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New Hope softball seniors have grown into leaders

 

Adam Minichino

 

Maturation is a key component of championship formulas. 

 

As the years change, coaches hope younger players notice the habits and tendencies of the older ones and come to make them their own. 

 

The New Hope High School slow-pitch softball program has won 12 state titles in large part because its players have worked hard, played solid defense, and done the little things. As a result, tradition has helped make it easier for each class of players to accept those concepts and to understand it needs to emulate its predecessors if it wants to follow that path. 

 

Brandi Brantley and Jessica Moore are perfect examples of the importance of maturation. Once considered role players, the seniors have emerged this season to play key roles on a team that is set to begin another championship run. 

 

At noon Saturday, New Hope (20-4) will take on Neshoba Central in a second-round, best-of-three Class 5A North Half playoff series. The Lady Trojans received a bye in the first round and are focused on winning their fourth state title in a row. 

 

"I think I have come a long way," said Brantley, who is in her first season as pitcher. "I always got here and I could never hit. I could never get it out of the outfield. I have worked on it, and I am doing a whole lot better. Hopefully I will be able to help our team out and help it make state." 

 

Brantley said she has pushed herself to improve. She credits her teammates for encouraging her as her responsibilities on the slow- and fast-pitch teams has increased. 

 

"It means a whole lot more going to playoffs and making it to state that I am a part of it and playing," said Brantley, who with her twin sister, Brittney, celebrated their 18th birthdays Wednesday.  

 

This season, Brantley is the center of attention. After only one year of pitching in the city''s park league, Brantley is learning how to set the tempo as pitcher. New Hope High coach Tabitha Beard said she was wondered how well Brantley would do in her first season at the position in high school after she walked eight people in a loss to Newton County. Today, she doesn''t worry now about Brantley''s ability to throw strikes because she has adjusted her attitude and has learned to manage her emotions. 

 

"Brandi is such a perfectionist, whether it is grades, school, softball, or whatever it is," Beard said. If the umpire was not giving her that high pitch or that arch, she got really frustrated. She has done a great job of sucking up the emotions. She has done a great job of finding the ceiling (of the strike zone) and sticking to it." 

 

Beard said Moore, an outfielder, has made a similar progression. As a skit following the Lady Trojans'' final regular-season home game against Saltillo showed, Moore sometimes allowed her frustration to get the better of her if she didn''t make a play in the outfield. 

 

These days, Moore keeps her glove on her hand and is a valuable piece to the Lady Trojans'' solid defense. 

 

"I have improved because if the coaches stay on my butt I know they still believe in me," Moore said. "The day they stop getting on me for missing a ball or not hustling enough, I know they have stopped caring or stopped believing in me. Ever since I have been good enough to start varsity, they have been there for me and helped me."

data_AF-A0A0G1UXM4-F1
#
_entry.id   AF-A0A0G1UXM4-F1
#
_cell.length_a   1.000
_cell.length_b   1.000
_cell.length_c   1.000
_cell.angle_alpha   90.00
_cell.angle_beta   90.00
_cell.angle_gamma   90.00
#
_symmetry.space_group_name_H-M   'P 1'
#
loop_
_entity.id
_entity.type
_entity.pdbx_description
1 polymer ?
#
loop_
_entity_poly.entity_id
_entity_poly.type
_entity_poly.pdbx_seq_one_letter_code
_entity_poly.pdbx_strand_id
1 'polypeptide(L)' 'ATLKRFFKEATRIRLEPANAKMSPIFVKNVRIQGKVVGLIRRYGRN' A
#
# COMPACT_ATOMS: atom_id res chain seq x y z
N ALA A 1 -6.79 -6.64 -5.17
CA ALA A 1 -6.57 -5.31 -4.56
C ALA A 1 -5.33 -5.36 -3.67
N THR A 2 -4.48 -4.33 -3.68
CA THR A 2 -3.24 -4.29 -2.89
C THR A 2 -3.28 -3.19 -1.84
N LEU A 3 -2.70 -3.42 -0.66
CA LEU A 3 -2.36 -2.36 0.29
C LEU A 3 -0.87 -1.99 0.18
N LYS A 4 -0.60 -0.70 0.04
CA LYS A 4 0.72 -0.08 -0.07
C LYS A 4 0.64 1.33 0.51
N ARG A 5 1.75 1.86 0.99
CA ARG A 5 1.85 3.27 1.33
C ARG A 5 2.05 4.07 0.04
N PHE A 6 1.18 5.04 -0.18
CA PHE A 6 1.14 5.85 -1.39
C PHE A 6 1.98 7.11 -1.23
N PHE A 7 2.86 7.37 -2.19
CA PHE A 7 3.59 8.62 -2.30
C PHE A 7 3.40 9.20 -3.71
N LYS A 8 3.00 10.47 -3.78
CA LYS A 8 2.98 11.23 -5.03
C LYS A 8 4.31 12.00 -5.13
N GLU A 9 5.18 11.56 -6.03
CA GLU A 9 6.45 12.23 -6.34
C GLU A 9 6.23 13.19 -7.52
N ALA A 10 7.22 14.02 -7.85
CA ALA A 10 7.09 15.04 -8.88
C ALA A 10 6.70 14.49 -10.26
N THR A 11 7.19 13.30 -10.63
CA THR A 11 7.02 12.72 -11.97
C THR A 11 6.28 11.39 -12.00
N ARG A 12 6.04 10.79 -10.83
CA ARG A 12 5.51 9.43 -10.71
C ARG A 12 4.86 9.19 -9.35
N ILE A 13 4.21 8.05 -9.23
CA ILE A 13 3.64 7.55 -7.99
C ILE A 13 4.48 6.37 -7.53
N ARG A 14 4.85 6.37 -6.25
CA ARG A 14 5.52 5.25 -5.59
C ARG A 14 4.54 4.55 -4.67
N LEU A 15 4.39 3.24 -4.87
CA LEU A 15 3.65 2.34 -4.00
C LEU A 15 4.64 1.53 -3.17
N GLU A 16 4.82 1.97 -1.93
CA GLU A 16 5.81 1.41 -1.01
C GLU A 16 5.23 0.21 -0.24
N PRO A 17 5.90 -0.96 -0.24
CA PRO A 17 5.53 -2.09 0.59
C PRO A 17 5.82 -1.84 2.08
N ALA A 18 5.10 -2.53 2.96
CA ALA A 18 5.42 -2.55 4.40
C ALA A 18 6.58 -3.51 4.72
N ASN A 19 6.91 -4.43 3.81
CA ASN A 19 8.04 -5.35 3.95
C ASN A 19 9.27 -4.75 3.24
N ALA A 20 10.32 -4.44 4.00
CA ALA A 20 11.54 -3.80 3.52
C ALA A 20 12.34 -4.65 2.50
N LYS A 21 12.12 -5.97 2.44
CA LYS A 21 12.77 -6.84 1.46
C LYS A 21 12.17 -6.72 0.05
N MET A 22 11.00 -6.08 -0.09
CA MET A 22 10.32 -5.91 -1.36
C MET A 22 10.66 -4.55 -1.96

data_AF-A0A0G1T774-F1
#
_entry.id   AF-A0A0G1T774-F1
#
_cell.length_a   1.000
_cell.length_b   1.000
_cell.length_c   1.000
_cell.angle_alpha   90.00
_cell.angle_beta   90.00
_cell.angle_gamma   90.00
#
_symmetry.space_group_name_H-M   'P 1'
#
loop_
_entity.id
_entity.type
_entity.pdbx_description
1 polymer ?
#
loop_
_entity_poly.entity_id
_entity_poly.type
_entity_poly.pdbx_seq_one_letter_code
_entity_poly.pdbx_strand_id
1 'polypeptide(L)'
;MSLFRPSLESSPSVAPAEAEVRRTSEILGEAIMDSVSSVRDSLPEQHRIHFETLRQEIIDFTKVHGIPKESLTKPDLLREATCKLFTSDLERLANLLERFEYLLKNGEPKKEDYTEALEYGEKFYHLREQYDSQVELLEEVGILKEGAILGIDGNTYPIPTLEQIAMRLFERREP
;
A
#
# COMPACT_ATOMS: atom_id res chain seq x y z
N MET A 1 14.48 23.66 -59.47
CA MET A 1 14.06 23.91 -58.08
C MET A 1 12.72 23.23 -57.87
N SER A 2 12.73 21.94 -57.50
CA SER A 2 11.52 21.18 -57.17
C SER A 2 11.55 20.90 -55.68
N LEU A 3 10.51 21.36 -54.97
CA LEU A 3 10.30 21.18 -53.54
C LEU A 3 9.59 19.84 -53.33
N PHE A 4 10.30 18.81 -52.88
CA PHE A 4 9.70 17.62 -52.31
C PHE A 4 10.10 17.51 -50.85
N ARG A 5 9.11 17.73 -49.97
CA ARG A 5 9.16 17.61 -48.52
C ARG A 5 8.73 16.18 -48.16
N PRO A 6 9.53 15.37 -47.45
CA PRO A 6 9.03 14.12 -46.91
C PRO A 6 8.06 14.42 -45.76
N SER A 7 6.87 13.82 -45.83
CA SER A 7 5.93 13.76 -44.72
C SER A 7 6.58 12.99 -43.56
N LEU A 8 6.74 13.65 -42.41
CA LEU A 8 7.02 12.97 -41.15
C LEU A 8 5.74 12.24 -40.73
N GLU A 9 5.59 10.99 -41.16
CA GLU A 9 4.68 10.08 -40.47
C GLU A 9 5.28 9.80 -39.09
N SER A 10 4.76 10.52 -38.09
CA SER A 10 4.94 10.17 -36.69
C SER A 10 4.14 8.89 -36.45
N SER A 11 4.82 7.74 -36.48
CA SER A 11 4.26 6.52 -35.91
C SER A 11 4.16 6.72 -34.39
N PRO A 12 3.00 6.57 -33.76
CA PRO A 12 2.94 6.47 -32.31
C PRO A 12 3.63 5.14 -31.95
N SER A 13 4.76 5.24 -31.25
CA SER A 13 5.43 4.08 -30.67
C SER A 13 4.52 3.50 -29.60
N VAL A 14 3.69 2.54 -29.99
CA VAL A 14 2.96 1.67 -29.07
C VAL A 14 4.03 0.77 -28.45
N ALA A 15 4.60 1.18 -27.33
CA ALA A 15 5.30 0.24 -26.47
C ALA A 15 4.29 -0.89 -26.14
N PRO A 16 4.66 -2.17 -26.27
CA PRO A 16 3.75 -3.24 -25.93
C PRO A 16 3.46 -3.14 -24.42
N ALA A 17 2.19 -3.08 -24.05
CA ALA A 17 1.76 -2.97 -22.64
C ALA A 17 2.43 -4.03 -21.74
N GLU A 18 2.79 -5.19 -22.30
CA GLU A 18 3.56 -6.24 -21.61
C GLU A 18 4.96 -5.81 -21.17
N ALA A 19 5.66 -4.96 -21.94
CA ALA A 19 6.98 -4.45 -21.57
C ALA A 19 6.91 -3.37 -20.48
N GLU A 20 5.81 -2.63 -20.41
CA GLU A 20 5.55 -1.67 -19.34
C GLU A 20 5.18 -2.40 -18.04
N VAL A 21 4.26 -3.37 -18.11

Beard said Moore has played for several years in the outfield and was sort of considered a "backup" to faster players like DeShuni Sanders and Kelli Petty. Now she is one of those "faster" players, in part because she has learned the game and how to cut of angles better and to use the talents of players like Jordan Johnson beside her. 

 

"When I first came here, Jessica, wow, has grown so much," Beard said. "When she was first here, every time the ball was hit to her you were like, ''Oh crap, is she going to catch that?'' Now you don''t do that, and that it is pretty much a done deal when the ball is hit to her area." 

 

Beard said Brantley and Moore are alike in that they are so hard on themselves. She said Moore had a bad habit of getting down on herself, and her performance would suffer when it did. 

 

But she said the players have learned how to control their emotions as they have gained more experience. The result is two polished players who have become team leaders. 

 

"It has been where I needed somebody to stay on me to believe in myself, but know that I have gotten older I believe in myself and I don''t need someone to tell me I can do it because I know I can do it," Moore said. "I am the world''s worst for getting down on myself. To this day, sometimes I get so upset with myself and I get frustrated that I throw my glove, but I have gotten better at it." 

 

Moore also said she has become a better -- and more prompt -- person. She said she regularly used to be late for practices, but these days she shows up 20-30 minutes early, which sets a positive example for her teammates. As someone who has learned how to judge a ball better, how to turn to move toward balls, and how to determine where to play and which directions the batter will hit the ball, she looks back at wonder at how far she has come. She said that''s part of the reason why this season will be so special. 

 

"This is my life," Moore said. "I have played softball since I was young, and being a part like that and having a state championship ring that I helped get means so much."

 

Adam Minichino is the Sports Editor for The Commercial Dispatch.

 

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